In September of 1977, President Carter asked me to take on responsibility for what is familiarly called CSCE--the Conference on Security and Cooperation in Europe. Like most Americans, I had previously thought of the CSCE in terms of the Helsinki Summit of 1975 when President Ford signed the document called the Final Act, a lengthy text, not a treaty, but an expression at the highest political level of the commitment of the 35 states of Europe and North America to respect certain principles of interstate behavior, to respect human rights, to build mutual confidence in the military sphere, and to cooperate in economic, humanitarian, informational, cultural and educational fields.
Many in the West were understandably cynical about the practical meaning of the inclusion in the Final Act of the principle of "respect for human rights and fundamental freedoms including the freedom of thought, conscience, religion and belief." By the formation of groups to monitor their own governments' performance, however, citizens of the Soviet Union, of Czechoslovakia, of Poland, Bulgaria, and other countries in the East showed that they took seriously this pledge and also the commitments to a freer flow of people and ideas that were embodied in the humanitarian provisions of what is called Basket Three of the Final Act.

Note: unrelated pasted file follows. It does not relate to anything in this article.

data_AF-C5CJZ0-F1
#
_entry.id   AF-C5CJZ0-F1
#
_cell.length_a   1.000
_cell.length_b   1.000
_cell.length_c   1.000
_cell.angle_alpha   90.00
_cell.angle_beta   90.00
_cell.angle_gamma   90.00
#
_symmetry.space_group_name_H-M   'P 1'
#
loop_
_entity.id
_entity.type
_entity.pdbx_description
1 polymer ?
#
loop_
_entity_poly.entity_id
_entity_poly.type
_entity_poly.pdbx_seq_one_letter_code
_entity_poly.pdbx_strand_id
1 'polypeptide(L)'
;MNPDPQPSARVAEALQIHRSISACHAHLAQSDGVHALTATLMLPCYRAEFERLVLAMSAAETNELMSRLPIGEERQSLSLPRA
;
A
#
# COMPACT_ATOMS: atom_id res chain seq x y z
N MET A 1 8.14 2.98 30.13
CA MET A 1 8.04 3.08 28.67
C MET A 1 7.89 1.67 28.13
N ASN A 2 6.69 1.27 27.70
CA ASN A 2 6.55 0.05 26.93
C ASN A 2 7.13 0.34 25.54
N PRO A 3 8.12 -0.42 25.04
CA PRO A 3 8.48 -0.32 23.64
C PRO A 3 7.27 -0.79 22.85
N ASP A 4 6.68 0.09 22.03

That the Belgrade conference would not pass quietly as just another routine diplomatic gathering was assured by the events in Eastern Europe and the Soviet Union, including the arrest and the imprisonment of members of the monitoring groups and other ethnic, racial, religious and political "dissidents".
Arthur J. Goldberg,
Human Rights and the Belgrade Meeting,
13 Vanderbilt Law Review
Available at: https://scholarship.law.vanderbilt.edu/vjtl/vol13/iss2/5